Are you looking for the best camera to suit your needs? Due to a wide range of options, making a wise and weighted decision can be rather challenging. Which specs to keep in mind? What are the key pros and cons of each model? This comparison should give some helpful hints!
In this review, we are going to make a detailed comparison of two cameras that fall into different categories. While the first model we are looking at, Panasonic Lumix DMC-FZ80 belongs to a Small Sensor Superzoom category, the other model, Panasonic Lumix DMC-FZ80 is a Entry-Level Mirrorless camera. Both models feature different types of sensors. Thus, Panasonic Lumix DMC-FZ80 comes with BSI-CMOS sensor that has a resolution of 18.0 MP resolution, while our second compared model Olympus OM-D E-M10 II features a 16.0 MP CMOS sensor.
Both cameras we are going to look at in our overview fall into two different categories - SuperZoom and MirrorLess. Keeping in mind all the distinctive features of each category, it will be hard to make a detailed comparison of these two models. However, we will do our best to make this review as unbiased and detailed as possible.
To get started, let’s take a look at some of the key features of Panasonic Lumix DMC-FZ80 and Olympus OM-D E-M10 II and, after this, we can go on to our detailed comparison of these models.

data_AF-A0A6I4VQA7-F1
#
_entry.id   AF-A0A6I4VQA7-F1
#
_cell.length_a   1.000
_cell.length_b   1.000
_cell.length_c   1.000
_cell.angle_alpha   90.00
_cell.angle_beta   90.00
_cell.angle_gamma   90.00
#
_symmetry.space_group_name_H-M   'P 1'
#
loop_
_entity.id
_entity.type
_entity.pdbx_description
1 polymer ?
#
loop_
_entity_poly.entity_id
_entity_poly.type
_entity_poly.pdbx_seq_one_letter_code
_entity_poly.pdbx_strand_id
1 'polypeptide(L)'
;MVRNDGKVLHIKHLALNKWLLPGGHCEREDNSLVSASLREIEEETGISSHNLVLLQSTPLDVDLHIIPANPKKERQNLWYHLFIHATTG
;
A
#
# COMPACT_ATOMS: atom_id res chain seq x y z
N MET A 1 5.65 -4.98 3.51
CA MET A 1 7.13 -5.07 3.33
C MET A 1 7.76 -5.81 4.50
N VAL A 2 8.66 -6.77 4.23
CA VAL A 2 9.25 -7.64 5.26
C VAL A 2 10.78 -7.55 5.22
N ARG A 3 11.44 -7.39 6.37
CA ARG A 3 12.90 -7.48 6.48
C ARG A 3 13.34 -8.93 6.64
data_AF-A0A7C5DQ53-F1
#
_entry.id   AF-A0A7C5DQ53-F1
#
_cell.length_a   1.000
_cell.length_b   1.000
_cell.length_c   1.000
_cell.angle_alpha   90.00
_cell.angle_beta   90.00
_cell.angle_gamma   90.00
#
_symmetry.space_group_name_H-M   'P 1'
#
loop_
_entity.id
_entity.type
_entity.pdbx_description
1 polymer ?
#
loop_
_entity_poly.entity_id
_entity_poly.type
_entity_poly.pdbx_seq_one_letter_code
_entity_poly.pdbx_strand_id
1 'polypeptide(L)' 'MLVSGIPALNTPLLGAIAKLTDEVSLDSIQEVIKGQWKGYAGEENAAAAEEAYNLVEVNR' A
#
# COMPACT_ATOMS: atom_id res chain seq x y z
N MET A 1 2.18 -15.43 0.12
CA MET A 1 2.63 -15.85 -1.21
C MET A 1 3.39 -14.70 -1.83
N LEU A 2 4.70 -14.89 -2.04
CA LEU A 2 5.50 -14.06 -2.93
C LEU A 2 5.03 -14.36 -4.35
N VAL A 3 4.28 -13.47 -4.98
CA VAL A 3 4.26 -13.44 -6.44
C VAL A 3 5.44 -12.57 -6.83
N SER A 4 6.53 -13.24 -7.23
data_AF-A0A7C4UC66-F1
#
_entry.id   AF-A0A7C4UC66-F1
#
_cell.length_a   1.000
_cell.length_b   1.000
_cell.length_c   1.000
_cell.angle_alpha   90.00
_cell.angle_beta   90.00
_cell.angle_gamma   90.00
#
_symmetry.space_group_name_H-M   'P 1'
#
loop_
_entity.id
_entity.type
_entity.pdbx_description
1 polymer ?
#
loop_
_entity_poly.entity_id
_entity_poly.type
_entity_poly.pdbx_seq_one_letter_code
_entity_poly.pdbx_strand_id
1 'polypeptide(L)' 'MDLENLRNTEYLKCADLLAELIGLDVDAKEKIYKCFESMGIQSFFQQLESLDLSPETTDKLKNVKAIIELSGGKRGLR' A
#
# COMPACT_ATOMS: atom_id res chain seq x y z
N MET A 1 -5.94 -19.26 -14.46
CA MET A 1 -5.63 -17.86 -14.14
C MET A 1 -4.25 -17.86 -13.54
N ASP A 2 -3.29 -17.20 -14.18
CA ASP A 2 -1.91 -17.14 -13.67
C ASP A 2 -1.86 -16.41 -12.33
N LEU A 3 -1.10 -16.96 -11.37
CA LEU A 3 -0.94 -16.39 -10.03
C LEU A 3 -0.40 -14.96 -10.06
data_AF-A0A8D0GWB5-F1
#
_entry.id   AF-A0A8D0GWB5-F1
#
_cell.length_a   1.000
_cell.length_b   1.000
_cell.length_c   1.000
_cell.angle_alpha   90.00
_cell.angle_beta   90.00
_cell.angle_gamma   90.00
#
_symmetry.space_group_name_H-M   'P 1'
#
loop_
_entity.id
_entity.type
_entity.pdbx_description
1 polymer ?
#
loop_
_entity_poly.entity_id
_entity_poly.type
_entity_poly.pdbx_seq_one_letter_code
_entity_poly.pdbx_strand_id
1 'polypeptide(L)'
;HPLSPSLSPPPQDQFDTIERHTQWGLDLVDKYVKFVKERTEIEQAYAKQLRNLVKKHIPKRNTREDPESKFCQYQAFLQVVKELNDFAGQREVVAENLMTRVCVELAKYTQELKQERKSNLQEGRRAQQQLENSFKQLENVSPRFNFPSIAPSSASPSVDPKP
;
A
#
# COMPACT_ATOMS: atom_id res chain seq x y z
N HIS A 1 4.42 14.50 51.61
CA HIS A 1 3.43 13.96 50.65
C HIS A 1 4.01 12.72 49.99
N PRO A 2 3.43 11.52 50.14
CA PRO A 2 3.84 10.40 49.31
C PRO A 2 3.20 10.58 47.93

Panasonic Lumix DMC-FZ80 Key Features:
Olympus OM-D E-M10 II Key Features:
|Sensor Resolution||18.0 MP vs 16.0 MP||11.1% more pixels|
|Continuous Shooting||10 fps vs 8 fps||2 fps faster|
|Flash Range||14.1 vs 5.8||8.3 better flash range|
|Battery Life||330 shots vs 320 shots||10 more frames with a single charge|
|Max Video Resolution||3840 x 2160 vs 1920 x 1080||Higher Resolution Video|
|Sensor Area||224.9 mm2 vs 28.07 mm2||87.5% larger pixel area|
|Max Shutter Speed||1/16000 vs 1/2000||Faster shutter speed|
|Number Of Focus Points||81 vs 49||32 more focus points|
|Weight||390 g vs 616 g||226 g lighter|
|Viewfinder Resolution||2,360k dots vs 1,166k dots||50.6% higher resolution|
|Viewfinder Magnification||0.62 vs 0.46||0.16 better magnification|
|Touch Screen||Yes | Yes||Easy control of camera functions|
|Screen Size||3″ | 3″||Large display|
|Screen Resolution||1,040k dots | 1,040k dots||High resolution screen|
|Viewfinder||Electronic | Electronic||Better framing and control|
|Raw Support||Yes | Yes||Better image quality|
|AutoFocus Face Detection||Yes | Yes||Very handy for portraits|
|Timelapse Recording||Yes | Yes||Creative shooting|
|Bracketing||Yes | Yes||Useful for tough lighting conditions and HDR|
|Continuous Shooting||10.0 fps | 8.0 fps||Nice continuous shooting|
|Built-In Flash||Yes | Yes||External flash available|
|Image Stabilization||Yes | Yes||Built-in stabilization|
|Sensor Resolution||18.0 MP | 16.0 MP||Small sensor resolution|
|Microphone Port||No | No||No microphone port|
|Headphone Port||No | No||No headphone port|
|Environmental Sealing||No | No||No environmental sealing|
Before heading straight to the technical characteristics of each model, let’s start with comparing their physical specs. Let’s start with looking at the physical difference of the two products. Below are images that clearly show the sizes of Panasonic Lumix DMC-FZ80 and Olympus OM-D E-M10 II from the front view.